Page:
Speaking of towing … the boat trailer matters! In fact, it could be considered as the most important part of the deal. However, the boat trailer is often given the least amount of thought. This is especially true when buying used. Guess what though. … if the trailer is broken or a wheel bearing is bad, you aren’t going to the lake. Pay attention to the trailer! Unless the boat is a real light boat, tandem axle might be the best idea. One great advantage is that if you have a blowout or lose a bearing, you can still limp home on three tires. (I’ve been there and done that.). When inspecting the trailer, check for rust and cracks, make sure the lights work, and check the brakes. Push on the wheels to see if the bearings are tight and carefully inspect the tires. Not only will you want to look for tire wear, you will need to check for dry rot as well. I tire that has only a few miles on it but has been sitting for 10 years in not a safe tire. If you find issues with the trailer be sure to point them out to the seller and use them to help negotiate a lower price.

After a full trailer inspection, you will want to move to the hull of the boat. Crawl under the boat and check for and scratches, dents, or gouges. Check the transom to make sure it is strong. It is not uncommon for an older boat to have a weak transom. A good way to test this is to stand on the lower part of the motor and bounce a bit trying to make the transom flex. If it flexes, it is weak. Avoid it like the plague or plan to pay a $3000 plus repair bill.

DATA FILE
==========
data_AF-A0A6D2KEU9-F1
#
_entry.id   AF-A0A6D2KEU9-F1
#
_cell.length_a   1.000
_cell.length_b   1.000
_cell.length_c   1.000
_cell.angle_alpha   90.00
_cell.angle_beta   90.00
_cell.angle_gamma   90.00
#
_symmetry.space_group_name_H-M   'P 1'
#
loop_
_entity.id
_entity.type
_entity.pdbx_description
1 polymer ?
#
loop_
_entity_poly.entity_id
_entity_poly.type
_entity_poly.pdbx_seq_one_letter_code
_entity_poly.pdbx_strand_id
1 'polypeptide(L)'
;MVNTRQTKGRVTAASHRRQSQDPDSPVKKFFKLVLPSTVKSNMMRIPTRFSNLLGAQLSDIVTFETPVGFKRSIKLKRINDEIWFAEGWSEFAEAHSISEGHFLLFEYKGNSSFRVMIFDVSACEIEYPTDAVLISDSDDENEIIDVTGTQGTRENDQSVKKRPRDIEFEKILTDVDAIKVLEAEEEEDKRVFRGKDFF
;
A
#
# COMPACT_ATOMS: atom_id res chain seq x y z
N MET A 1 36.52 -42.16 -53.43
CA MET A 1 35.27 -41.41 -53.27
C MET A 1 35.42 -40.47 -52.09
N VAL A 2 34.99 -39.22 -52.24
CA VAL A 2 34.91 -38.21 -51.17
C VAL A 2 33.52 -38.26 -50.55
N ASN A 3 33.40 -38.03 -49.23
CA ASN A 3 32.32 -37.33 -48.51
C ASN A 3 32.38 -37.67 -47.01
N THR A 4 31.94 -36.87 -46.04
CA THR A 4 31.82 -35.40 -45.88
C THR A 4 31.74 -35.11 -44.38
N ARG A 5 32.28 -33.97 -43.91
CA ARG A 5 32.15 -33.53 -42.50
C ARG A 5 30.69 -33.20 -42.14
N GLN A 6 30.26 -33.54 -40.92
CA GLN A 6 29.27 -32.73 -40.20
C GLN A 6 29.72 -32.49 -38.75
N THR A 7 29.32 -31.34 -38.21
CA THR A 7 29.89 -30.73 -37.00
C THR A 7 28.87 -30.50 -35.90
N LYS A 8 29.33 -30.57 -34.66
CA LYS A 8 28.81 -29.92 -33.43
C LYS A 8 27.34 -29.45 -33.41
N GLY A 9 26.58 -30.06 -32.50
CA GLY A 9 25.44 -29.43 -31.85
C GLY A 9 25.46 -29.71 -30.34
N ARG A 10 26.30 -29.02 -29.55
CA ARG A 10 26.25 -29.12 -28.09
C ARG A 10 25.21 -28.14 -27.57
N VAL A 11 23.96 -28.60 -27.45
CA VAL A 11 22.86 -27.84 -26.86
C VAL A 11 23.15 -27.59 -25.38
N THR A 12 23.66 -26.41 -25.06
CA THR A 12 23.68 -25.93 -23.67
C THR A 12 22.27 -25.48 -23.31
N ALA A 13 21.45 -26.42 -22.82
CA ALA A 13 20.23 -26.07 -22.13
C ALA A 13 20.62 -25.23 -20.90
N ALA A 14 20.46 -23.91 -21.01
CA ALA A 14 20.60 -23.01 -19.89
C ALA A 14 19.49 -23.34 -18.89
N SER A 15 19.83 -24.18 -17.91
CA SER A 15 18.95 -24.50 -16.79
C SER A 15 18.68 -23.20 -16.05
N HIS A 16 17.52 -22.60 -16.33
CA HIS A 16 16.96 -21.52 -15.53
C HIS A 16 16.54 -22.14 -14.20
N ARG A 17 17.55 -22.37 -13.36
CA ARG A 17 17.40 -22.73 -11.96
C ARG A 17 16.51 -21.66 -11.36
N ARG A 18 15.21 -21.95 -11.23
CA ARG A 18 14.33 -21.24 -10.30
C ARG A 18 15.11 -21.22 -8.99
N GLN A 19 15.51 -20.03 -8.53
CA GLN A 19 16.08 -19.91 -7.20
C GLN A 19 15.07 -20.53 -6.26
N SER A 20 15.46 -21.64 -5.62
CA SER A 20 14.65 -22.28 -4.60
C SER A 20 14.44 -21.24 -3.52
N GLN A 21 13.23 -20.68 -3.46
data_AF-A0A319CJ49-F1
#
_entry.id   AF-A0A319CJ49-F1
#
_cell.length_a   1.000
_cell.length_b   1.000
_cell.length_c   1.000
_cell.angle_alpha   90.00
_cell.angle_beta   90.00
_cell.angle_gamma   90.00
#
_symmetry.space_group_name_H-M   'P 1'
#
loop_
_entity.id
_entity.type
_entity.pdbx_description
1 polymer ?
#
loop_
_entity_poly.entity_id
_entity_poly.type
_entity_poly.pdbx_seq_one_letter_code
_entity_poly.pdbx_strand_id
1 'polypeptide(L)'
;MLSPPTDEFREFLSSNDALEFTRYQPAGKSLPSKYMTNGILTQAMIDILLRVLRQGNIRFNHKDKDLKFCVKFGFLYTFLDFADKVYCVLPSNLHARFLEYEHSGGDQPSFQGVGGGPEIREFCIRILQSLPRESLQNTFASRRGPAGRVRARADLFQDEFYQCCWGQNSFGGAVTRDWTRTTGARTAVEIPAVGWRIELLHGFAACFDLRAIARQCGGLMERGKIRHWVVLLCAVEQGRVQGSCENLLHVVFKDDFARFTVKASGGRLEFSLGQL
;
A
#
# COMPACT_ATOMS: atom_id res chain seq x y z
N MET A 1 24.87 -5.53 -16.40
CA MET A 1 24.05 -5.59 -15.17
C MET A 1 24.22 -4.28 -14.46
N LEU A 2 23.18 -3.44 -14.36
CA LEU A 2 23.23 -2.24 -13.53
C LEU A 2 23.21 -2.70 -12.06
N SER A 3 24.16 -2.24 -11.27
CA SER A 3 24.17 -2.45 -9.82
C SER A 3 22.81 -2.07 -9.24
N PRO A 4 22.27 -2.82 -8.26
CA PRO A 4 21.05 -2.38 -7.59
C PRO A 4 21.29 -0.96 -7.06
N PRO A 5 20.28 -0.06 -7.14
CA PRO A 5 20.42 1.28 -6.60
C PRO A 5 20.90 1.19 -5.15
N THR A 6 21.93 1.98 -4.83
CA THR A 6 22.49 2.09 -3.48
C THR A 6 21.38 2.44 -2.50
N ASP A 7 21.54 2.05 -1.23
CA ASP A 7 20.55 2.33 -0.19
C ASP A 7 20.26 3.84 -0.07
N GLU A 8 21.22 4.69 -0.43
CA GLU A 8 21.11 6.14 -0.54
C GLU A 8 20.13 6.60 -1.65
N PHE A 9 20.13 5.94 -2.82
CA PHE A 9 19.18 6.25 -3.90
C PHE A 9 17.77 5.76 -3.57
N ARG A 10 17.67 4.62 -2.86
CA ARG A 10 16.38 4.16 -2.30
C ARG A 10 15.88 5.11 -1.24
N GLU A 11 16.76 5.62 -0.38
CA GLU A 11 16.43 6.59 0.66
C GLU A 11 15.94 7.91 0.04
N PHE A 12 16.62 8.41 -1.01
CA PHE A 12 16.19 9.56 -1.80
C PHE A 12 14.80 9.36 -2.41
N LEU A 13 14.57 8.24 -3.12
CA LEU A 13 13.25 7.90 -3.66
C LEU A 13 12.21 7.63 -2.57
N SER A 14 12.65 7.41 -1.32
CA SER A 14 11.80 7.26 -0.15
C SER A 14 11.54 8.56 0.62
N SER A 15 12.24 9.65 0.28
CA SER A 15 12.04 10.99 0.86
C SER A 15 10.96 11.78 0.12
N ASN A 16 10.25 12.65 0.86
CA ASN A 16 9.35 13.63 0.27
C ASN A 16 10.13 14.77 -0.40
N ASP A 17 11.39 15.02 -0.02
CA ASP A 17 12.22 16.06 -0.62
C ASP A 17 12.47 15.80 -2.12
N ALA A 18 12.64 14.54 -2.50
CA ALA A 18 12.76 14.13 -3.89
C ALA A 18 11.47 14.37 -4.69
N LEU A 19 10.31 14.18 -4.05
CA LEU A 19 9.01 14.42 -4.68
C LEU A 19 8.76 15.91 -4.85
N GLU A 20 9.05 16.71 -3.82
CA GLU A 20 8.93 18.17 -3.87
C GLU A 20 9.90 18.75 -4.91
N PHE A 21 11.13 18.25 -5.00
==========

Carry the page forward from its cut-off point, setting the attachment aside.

Once this is done, move to the inside of the boat and check for soft spots in the floor, upholstery issues, carpet condition etc. Check inside of the boxes and in the area where the batteries are stored. If something looks questionable then ask questions. Take the time to go over every switch and control to make sure that they work. If the boat has depth finders or a trolling motor, you will want to check these as well.

Next is the main motor. In order to adequately check the motor, you should do a minimum of two things:

First check the compression on all cylinders (a simple YouTube video will explain how to do this). Next, insist on a boat ride. Pay attention to how the boat starts, how it shifts, how it idles, and how it sounds. Is everything smooth? Do alarms go off? Does it smoke excessively? If it is an outboard motor, is the cooling water steam strong? How is the steering? Are you satisfied with the way the boat handles? These are all things to consider before you lay down your hard earned cash.

As lengthy as this list is, it is not all inclusive. There are many other things that you can inspect when buying a boat so do a little research before shopping. Always keep in mind that a used boat is simply a used boat. You should not expect everything to be in brand new condition. In fact some things might not work at all. A broken gauge or messed up trolling motor might not be a deal breaker but it can be leverage for you as the buyer when negotiating the price. Always negotiate and ask for the lowest price. Most sellers are aware that you will do this and therefore ask more than they really want anyway. When you buy a used boat there is typically no warranty and you buy as is. Be sure to save a little money for the initial clean up or minor repairs that you will want to do immediately.

The final thing that I make sure to do is this: When buying a boat, as with any major purchase, I always pray that God will give me wisdom and guide me in my decision. Once I make the purchase I pray that He blesses those who get to go fishing in the boat and I even pray that he will help us catch fish! I read a story one time where He helped some fisherman fill there nets and I’ve been asking Him for help ever since!

Brian Johnson, originally of Port Neches, is pastor of First Baptist Church of Winnie, owner of DuckDogTrainer.com and outdoors writer for The News.